Sunday, October 11, 2009

Book Review: The Book Thief

A couple of weeks ago, I joined a book club! I am so excited about this and I was practically waiting on my tip-toes the 5 days that it took my first three books to get here from I had never heard of any of the books that I was about to read, but I was sure that it was going to be enjoyable.
I am used to reading fantasy books and I really enjoy them. Some of my favorite books are The Lord of the Rings Trilogy, Harry Potter, The Wheel of Time, and the Mistborn Trilogy. Those are usually the type of books that I seek out.

When I heard the title of this, The Book Thief, I imagined a story about a mischievious child that goes about stealing books, which is kind of what this book is, but I imagined it to be much more mischievious and much more lighthearted. I wondered to myself while waiting for the book what we could possibly talk about in our book club if the book was so basic. I opened the book and with the first couple of words, I was enticed, captivated, and very reluctant to set it down. Usually I can read through books really fast, and I was decently fast with this one, but I needed to make sure that each word sunk in.

About The Book:
Liesel Meminger is only nine years old when she is taken to live with the Hubermanns, a foster family, on Himmel Street in Molching, germany, in the late 1930s. She arrives with few possessions, but among them is The Grave Digger's Handbook, a book she stole from her brother's burial place. During the years that Liesel lives with the Hubermanns, Hitler becomes more powerful, life on Himmel Street becomes more fearful, and Liesel becomes a full-fledged book thief. She rescues books from Nazi book-burnings and steals from the library of the mayor. Liesel is illiterate when she steals her first book, but Hans Hubermann uses her prized books to teach her to read. This is a story of courage, friendship, love, survival, death, and grief. This is Liesel's life on Himmel Street, told from Dealth's point of view.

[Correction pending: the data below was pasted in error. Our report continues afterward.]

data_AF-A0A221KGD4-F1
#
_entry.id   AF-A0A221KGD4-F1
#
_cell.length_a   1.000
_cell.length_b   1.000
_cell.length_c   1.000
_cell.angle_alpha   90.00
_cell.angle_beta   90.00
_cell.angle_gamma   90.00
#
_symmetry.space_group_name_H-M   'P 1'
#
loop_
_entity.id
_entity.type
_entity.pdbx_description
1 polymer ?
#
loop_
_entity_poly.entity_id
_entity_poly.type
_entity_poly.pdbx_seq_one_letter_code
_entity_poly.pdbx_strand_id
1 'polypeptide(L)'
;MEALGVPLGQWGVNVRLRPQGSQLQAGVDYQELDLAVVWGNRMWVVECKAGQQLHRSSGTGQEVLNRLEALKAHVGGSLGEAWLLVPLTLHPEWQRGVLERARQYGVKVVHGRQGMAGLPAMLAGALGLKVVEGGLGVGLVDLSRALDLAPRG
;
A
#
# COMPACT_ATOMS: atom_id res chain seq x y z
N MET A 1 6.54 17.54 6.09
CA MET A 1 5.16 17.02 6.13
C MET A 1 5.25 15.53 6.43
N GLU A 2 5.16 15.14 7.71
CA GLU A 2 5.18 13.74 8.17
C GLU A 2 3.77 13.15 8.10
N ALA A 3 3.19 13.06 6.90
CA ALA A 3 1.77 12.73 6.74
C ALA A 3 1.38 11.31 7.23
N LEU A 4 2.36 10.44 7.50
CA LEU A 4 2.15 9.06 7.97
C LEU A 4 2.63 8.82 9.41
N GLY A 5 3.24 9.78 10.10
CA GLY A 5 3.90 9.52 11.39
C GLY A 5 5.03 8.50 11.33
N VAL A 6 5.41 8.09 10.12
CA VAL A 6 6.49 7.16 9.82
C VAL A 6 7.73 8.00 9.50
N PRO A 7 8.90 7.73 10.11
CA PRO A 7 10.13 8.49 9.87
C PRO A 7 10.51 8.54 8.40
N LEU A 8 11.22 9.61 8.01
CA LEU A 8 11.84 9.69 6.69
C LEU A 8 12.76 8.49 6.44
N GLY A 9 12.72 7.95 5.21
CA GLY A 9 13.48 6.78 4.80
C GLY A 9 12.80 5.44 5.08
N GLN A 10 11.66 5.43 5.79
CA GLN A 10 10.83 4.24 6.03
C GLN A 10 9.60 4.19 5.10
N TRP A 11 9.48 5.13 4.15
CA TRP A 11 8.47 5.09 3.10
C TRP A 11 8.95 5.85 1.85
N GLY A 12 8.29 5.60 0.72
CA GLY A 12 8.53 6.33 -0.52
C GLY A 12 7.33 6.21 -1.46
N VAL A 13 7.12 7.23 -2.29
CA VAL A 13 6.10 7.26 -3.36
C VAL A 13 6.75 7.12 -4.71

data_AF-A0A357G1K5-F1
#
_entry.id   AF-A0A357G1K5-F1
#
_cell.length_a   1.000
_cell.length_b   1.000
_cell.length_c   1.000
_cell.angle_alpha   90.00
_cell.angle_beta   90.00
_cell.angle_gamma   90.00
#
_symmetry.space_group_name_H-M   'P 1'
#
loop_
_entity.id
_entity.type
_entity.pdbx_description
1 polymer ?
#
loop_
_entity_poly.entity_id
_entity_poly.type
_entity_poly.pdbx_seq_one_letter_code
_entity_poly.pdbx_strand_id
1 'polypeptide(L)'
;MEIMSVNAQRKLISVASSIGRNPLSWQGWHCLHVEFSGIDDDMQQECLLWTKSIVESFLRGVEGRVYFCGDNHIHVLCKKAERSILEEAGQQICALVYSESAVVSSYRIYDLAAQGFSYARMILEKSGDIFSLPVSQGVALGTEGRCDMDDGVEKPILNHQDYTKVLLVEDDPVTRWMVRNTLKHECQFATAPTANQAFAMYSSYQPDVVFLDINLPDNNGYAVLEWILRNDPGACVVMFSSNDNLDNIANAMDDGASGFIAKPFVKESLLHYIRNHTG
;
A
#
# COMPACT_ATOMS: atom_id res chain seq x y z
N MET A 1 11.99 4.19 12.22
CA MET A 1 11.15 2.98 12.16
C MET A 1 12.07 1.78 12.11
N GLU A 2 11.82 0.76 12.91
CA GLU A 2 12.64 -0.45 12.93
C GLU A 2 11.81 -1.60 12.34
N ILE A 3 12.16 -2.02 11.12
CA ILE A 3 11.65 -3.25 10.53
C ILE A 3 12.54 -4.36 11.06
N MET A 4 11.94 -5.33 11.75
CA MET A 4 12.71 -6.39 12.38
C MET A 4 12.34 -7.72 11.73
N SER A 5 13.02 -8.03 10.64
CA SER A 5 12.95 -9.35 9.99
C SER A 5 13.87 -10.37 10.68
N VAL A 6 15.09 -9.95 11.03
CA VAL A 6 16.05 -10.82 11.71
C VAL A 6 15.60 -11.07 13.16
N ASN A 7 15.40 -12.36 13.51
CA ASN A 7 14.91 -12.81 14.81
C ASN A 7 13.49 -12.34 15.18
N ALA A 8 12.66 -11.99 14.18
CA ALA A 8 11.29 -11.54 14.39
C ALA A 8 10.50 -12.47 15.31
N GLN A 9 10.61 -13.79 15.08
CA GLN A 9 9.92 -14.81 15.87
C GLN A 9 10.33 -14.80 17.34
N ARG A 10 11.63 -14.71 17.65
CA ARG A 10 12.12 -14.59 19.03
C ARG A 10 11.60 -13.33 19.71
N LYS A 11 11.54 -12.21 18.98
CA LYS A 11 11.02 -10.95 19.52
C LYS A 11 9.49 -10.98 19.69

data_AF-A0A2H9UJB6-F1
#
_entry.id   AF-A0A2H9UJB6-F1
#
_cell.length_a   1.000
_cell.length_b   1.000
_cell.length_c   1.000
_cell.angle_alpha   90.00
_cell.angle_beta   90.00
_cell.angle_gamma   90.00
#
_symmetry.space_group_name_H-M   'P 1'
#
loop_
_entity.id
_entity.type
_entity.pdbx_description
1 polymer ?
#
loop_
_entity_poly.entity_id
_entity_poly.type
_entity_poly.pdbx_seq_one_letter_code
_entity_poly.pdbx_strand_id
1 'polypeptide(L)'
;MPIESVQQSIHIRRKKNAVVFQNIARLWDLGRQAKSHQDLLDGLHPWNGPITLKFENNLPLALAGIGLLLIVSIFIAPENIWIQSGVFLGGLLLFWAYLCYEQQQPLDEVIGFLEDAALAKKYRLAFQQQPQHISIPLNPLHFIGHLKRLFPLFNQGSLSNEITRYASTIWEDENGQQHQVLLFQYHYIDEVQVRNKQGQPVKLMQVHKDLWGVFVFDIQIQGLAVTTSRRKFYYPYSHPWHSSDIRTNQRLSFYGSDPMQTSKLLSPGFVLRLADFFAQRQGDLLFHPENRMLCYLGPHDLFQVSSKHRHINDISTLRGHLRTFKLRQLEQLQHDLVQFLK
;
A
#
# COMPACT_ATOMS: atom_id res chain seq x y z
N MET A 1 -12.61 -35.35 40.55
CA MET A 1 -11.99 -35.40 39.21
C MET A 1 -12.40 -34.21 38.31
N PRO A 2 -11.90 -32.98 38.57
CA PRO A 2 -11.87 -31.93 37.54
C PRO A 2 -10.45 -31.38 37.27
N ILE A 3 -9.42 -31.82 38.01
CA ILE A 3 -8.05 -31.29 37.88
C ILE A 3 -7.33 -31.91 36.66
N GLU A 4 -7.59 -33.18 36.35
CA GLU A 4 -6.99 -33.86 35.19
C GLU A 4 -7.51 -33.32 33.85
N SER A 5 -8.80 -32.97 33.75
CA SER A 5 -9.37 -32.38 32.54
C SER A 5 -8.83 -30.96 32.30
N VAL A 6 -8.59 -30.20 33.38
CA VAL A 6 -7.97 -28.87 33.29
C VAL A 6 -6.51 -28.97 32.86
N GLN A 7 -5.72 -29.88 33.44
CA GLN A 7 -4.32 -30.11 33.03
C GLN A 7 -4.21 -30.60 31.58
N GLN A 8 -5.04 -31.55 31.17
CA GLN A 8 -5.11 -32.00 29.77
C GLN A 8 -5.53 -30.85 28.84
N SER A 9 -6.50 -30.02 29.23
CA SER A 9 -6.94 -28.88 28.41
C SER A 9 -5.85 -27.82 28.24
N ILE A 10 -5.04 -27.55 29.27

This is my favorite excerpt.

They say that war is death's best friend, but I must offer you a different point of view on that one. To me, war is like the new boss who expects the impossible. He stands over your shoulder repeating one thing incessantly: "Get it done, get it done." So you work harder. You get the job done. The boss, however, does not thank you. He asks for more.

Read it. You won't be sorry that you did.
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